Dual Booting 64 Bit devices


With the introduction of APFS in iOS 10.3, Apple made partitioning much easier. In contrast to HFS+, this uses something called a container. It is much more efficient, and there is no limit to the amount of partitions that can be created. And, unless specified, new volumes are dynamic and do not have a set size; rather they are allowed to share free space within the container itself.
In this case, we are just going to add new volumes to the container, /dev/disk0s1:

newfs_apfs -A -v SystemB /dev/disk0s1

newfs_apfs -A -v DataB /dev/disk0s1


Important note: usually new partitions will be disk0s1s3 and disk0s1s4. However some newer devices already use these partitions so the new disks will be different, (for example, disk0s1s5 and disk0s1s6). Make sure to use your new partitions.

Mount new system partition (/dev/disk0s1s3, in this case) to /mnt1:

mkdir /mnt1 /mnt2

mount_apfs /dev/disk0s1s3 /mnt1

Restoring RootFS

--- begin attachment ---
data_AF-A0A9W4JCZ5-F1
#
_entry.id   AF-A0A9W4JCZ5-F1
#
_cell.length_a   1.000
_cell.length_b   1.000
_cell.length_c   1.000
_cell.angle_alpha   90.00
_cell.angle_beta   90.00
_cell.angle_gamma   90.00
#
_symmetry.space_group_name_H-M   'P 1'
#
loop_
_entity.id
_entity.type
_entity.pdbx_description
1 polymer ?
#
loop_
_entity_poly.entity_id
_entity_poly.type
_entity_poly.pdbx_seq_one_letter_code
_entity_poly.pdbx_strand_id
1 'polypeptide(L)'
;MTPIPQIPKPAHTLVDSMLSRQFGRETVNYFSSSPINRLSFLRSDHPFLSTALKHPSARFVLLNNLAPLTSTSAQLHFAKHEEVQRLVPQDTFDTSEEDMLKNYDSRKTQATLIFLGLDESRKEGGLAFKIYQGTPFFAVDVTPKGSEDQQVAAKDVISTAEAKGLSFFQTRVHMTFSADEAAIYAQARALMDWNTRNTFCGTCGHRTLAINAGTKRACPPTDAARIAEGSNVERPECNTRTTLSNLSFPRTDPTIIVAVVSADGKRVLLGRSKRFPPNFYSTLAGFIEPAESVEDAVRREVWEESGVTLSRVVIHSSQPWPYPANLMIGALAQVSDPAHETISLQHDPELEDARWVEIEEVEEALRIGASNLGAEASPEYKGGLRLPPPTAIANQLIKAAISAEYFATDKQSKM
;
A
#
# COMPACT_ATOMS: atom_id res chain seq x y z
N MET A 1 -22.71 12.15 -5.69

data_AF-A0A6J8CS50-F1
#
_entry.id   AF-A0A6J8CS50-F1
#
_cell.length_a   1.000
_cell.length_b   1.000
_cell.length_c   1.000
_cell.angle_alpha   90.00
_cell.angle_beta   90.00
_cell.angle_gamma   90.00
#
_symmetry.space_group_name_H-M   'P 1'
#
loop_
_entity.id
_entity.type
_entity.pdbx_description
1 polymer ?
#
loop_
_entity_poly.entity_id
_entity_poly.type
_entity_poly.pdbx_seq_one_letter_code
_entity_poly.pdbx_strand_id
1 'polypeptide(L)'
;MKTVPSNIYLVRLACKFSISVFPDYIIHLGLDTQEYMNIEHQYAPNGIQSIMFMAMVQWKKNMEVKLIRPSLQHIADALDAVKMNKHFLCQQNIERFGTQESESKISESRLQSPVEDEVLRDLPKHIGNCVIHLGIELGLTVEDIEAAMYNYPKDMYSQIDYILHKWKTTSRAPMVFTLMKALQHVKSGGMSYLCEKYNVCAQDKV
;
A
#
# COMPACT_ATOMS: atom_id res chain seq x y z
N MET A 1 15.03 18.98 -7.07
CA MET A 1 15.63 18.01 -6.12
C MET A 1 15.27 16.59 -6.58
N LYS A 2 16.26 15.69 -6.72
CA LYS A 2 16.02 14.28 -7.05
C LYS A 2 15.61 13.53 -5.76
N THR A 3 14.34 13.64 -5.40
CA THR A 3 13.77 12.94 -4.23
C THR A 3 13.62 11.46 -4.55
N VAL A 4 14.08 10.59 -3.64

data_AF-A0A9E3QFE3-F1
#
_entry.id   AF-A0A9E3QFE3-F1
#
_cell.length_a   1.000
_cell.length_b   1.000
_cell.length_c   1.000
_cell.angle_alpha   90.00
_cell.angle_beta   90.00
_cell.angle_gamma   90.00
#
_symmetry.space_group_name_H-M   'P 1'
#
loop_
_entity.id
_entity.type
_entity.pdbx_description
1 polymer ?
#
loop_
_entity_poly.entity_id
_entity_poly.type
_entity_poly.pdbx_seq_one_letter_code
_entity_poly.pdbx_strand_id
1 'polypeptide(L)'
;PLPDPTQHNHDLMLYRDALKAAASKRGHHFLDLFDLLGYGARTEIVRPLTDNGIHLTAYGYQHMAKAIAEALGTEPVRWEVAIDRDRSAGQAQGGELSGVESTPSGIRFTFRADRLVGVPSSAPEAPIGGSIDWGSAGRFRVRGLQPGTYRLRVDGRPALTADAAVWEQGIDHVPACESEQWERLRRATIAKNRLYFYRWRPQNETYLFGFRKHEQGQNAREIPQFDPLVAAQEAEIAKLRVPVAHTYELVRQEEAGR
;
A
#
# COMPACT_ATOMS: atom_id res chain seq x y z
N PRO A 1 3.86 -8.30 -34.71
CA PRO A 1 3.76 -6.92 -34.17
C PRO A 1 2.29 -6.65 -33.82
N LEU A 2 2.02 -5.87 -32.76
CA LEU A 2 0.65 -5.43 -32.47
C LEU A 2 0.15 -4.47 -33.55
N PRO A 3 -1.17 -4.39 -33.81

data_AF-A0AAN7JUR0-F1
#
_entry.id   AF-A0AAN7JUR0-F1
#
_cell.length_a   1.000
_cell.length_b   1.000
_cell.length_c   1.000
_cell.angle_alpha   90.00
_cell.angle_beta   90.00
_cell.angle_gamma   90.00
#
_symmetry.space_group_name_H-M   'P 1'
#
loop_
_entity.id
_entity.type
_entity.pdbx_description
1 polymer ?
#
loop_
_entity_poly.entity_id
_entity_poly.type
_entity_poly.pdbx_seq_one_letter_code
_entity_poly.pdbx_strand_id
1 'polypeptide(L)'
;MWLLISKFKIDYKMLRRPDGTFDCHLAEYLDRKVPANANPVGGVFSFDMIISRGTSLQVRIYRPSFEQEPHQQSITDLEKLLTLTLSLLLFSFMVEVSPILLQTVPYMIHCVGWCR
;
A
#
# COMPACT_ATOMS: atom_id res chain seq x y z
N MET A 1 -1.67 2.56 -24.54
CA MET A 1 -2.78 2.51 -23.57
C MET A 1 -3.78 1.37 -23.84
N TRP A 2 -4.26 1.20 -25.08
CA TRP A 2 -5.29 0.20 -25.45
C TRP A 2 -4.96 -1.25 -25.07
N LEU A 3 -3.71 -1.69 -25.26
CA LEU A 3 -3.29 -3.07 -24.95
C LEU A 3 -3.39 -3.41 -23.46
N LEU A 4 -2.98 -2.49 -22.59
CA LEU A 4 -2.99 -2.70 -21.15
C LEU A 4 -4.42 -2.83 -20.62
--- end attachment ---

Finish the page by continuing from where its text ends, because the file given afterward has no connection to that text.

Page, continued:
APFS changed the way Apple handles restoring root filesystem images. It is no longer possible to directly restore images to the target partition. Rather, asr is run in a ramdisk to create something called an inverted asr image, which the apfs_invert binary flashes to the new partition. Run asr on macOS to create an invertible asr image:

asr -source rootfs.dmg -target out.dmg --embed -erase -noprompt --chunkchecksum --puppetstrings

Make sure iproxy is running. This can also be done over network instead of iproxy, but it will be much slower:

iproxy 2222 22

Then copy the out file to / of new system partition using scp:

scp -P 2222 out.dmg root@localhost:/mnt1

Next part → Making ramdisk